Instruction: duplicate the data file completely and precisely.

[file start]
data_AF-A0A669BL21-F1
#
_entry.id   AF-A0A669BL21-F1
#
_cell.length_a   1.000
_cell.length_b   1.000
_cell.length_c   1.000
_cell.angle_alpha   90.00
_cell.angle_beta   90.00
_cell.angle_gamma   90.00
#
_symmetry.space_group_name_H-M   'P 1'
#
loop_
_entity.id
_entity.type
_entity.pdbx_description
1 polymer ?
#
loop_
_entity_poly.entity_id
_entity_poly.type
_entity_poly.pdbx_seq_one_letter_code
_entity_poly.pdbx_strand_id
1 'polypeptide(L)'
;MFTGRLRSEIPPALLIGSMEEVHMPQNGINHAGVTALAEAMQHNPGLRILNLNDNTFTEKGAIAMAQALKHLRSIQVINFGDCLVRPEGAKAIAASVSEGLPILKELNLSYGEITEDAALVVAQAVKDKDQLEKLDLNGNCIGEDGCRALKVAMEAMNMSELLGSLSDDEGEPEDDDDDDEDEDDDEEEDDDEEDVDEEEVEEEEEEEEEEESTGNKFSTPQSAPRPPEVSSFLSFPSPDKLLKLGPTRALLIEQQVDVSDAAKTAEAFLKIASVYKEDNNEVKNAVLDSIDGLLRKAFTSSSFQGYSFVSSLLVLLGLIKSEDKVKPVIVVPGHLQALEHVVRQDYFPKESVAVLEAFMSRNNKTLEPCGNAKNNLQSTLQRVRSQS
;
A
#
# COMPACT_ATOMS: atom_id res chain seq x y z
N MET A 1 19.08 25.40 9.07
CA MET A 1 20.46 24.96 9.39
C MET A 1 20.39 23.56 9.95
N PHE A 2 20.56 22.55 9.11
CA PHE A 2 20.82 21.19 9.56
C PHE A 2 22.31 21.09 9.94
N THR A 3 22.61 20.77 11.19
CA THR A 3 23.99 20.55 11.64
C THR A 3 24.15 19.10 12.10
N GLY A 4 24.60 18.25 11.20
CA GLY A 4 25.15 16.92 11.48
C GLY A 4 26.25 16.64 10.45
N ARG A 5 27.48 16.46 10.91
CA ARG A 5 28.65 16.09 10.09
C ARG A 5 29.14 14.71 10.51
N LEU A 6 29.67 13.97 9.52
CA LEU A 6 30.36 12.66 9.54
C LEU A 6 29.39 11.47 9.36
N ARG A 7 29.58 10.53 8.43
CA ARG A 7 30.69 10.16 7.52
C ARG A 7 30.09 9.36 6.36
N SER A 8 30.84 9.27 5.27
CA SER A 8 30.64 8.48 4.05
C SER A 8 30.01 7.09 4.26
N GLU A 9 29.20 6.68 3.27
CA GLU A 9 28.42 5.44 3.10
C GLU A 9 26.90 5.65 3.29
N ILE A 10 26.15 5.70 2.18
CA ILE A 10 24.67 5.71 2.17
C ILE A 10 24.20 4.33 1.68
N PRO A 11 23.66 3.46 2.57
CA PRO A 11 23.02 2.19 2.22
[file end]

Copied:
data_AF-A0A669BL21-F1
#
_entry.id   AF-A0A669BL21-F1
#
_cell.length_a   1.000
_cell.length_b   1.000
_cell.length_c   1.000
_cell.angle_alpha   90.00
_cell.angle_beta   90.00
_cell.angle_gamma   90.00
#
_symmetry.space_group_name_H-M   'P 1'
#
loop_
_entity.id
_entity.type
_entity.pdbx_description
1 polymer ?
#
loop_
_entity_poly.entity_id
_entity_poly.type
_entity_poly.pdbx_seq_one_letter_code
_entity_poly.pdbx_strand_id
1 'polypeptide(L)'
;MFTGRLRSEIPPALLIGSMEEVHMPQNGINHAGVTALAEAMQHNPGLRILNLNDNTFTEKGAIAMAQALKHLRSIQVINFGDCLVRPEGAKAIAASVSEGLPILKELNLSYGEITEDAALVVAQAVKDKDQLEKLDLNGNCIGEDGCRALKVAMEAMNMSELLGSLSDDEGEPEDDDDDDEDEDDDEEEDDDEEDVDEEEVEEEEEEEEEEESTGNKFSTPQSAPRPPEVSSFLSFPSPDKLLKLGPTRALLIEQQVDVSDAAKTAEAFLKIASVYKEDNNEVKNAVLDSIDGLLRKAFTSSSFQGYSFVSSLLVLLGLIKSEDKVKPVIVVPGHLQALEHVVRQDYFPKESVAVLEAFMSRNNKTLEPCGNAKNNLQSTLQRVRSQS
;
A
#
# COMPACT_ATOMS: atom_id res chain seq x y z
N MET A 1 19.08 25.40 9.07
CA MET A 1 20.46 24.96 9.39
C MET A 1 20.39 23.56 9.95
N PHE A 2 20.56 22.55 9.11
CA PHE A 2 20.82 21.19 9.56
C PHE A 2 22.31 21.09 9.94
N THR A 3 22.61 20.77 11.19
CA THR A 3 23.99 20.55 11.64
C THR A 3 24.15 19.10 12.10
N GLY A 4 24.60 18.25 11.20
CA GLY A 4 25.15 16.92 11.48
C GLY A 4 26.25 16.64 10.45
N ARG A 5 27.48 16.46 10.91
CA ARG A 5 28.65 16.09 10.09
C ARG A 5 29.14 14.71 10.51
N LEU A 6 29.67 13.97 9.52
CA LEU A 6 30.36 12.66 9.54
C LEU A 6 29.39 11.47 9.36
N ARG A 7 29.58 10.53 8.43
CA ARG A 7 30.69 10.16 7.52
C ARG A 7 30.09 9.36 6.36
N SER A 8 30.84 9.27 5.27
CA SER A 8 30.64 8.48 4.05
C SER A 8 30.01 7.09 4.26
N GLU A 9 29.20 6.68 3.27
CA GLU A 9 28.42 5.44 3.10
C GLU A 9 26.90 5.65 3.29
N ILE A 10 26.15 5.70 2.18
CA ILE A 10 24.67 5.71 2.17
C ILE A 10 24.20 4.33 1.68
N PRO A 11 23.66 3.46 2.57
CA PRO A 11 23.02 2.19 2.22